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The Jewish Hospital in Berlin has suspended all religious circumcisions of children following a ruling delivered by a German court banning the practice.
The Rambam, in Hilchos Beis Habechirah 1:12, derives from the pasuk in this week’s parshah, “u’veyom hakim es haMishkan… – and on the day the Mishkan was set up…” (Bamidbar 9:15), that the Beis HaMikdash can only be built by day, not by night. Further in that halacha the Rambam writes that both men and women are obligated in the mitzvah of building the Beis HaMikdash. The Kesef Mishneh explains that the source for the halacha that women are obligated in this mitzvah is from the pasuk in parshas Vayakhel: “v’kol ishah chachmas lev beyada tavu – and every wise-hearted woman spun with her hands.”
One who forgets to count sefirah at night may count during the day without a berachah, and then continue counting the rest of the days with a berachah. If one forgets to count sefirah at night and does not remember to count by day, he may not count with a berachah thereafter.
As a vascular surgeon for over 20 years I care for wounds daily. As an occasional mohel for 30 years I am familiar with all aspects of milah. I thus feel obligated to share my perspective on this most important topic. If I don't, who will? In order to decide halachic matters, rabbis need accurate and representative medical input. This is my only goal.
Dear Dr. Yael: I wish to share some thoughts with you and Despondent Daughter-in-Law (Magazine, 10-28-2011). I am a happily married woman who has a great relationship with my mother-in-law. Although it might seem to others that my mother-in-law sometimes favors her other children’s families over mine, I don’t let that bother me – I have a different approach toward the whole situation.
Recently, while doing research for a news article I was writing for The Jewish Press, I found myself watching a YouTube clip concerning Jewish homosexuals. About two minutes into the clip, my heart suddenly dropped. There speaking on my computer screen was a young man I had once known as a sweet frum boy. Today - as I discovered from the YouTube video - he is an open homosexual.
The previous two columns discussed kashrus and bris milah observance in America during the 19th century. The trend was that until about 1860 most Jews were careful to observe these mitzvos. However, in the latter part of the century many Jews abandoned keeping kosher both at home and in public. Bris milah, though, was generally observed throughout the entire century.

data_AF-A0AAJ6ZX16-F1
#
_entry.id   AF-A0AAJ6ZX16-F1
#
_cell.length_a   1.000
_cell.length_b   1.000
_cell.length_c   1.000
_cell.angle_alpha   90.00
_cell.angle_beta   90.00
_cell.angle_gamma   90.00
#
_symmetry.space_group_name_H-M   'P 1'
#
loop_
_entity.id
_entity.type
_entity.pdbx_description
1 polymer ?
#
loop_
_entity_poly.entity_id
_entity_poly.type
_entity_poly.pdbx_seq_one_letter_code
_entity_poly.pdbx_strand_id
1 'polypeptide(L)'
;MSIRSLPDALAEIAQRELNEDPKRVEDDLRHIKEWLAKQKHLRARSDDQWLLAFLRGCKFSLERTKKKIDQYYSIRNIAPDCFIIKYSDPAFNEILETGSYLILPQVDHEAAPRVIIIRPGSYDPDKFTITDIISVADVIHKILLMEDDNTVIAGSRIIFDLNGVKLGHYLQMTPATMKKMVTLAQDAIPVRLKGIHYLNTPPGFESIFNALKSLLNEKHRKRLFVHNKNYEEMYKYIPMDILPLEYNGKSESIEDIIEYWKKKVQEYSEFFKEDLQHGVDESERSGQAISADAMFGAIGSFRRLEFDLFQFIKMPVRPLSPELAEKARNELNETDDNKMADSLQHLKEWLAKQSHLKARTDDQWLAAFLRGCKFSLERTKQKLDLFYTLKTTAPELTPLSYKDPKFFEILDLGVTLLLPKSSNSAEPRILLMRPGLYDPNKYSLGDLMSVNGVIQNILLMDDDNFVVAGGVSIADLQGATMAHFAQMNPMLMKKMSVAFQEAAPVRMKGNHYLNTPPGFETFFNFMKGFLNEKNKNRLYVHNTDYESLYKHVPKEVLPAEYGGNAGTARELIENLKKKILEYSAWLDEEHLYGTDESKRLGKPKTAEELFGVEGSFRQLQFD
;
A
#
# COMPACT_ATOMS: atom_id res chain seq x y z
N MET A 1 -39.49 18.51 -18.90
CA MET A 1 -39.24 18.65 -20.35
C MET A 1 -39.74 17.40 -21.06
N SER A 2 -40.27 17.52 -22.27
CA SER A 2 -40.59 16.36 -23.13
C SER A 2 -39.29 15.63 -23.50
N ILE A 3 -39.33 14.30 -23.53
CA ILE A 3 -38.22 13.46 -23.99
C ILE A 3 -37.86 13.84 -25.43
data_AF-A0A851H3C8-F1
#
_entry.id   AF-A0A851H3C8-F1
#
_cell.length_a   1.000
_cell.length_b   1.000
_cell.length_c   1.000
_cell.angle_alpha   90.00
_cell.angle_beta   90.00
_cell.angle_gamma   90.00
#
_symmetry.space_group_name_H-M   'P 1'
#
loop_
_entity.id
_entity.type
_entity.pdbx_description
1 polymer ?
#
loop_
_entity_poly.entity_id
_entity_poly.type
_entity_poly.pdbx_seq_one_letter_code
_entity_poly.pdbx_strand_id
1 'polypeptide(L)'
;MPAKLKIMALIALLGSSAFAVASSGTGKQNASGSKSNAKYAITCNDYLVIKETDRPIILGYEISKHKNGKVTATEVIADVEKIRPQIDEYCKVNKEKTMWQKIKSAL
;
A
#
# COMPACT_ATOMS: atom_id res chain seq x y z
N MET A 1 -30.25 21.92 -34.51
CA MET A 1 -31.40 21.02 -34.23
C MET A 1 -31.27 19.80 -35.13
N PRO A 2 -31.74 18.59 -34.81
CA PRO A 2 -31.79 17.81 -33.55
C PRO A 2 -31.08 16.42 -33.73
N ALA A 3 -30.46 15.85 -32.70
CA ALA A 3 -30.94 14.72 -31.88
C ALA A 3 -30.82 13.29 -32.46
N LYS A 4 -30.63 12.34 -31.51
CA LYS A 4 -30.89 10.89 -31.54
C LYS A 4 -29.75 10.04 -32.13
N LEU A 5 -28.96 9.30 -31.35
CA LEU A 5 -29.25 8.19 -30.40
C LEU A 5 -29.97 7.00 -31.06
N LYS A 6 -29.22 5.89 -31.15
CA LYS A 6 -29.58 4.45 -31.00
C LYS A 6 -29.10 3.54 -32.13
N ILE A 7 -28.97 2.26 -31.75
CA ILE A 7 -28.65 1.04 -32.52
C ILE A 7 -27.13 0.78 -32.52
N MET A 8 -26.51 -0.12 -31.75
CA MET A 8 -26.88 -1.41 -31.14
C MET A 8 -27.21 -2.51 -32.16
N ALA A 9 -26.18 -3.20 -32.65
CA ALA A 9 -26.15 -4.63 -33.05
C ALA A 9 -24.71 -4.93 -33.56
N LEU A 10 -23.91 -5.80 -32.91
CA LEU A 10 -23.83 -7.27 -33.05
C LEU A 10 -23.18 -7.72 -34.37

Last month's column dealt with the observance of kashrus by Jews in America during the 19th century. Up until about 1870 German Jewish immigrants went to considerable effort to make sure they could eat kosher meat and poultry. Almost every Jewish community of more than 15 families employed a professional shochet. Smaller communities were served by volunteer shochtim. However, with the spread of the Reform movement in the latter half of the century, Jews began to abandon kashrus.
A few months before my family emigrated in 1938 to the United States from Hamburg, Germany, I had the special privilege at the bris of my brother, Micha, to sit on the lap of Chief Rabbi Joseph Carlebach, zt"l, a revered rabbinical giant of his age.
A few years ago I wrote in this column that at the bris of my oldest son - held in a shul whose members were for the most part elderly - a wizened old man approached me, peered into my face and muttered in a raspy voice with a Yiddish accent, "May your children sit shiva for you." I was too stunned to say anything to him and just shook my head as he walked away. I thought, "nebach, he must be demented."
As we saw last week, the response to the articles entitled The Loss of Femininity (July 3, July 10, 2009) showed an overwhelming number of women identifying with the loss of femininity as they care for their ill spouses. Along with this loss came letters expressing the loneliness they feel, because their spouse's illness prevents many caregivers from attending s'machos of friends and family.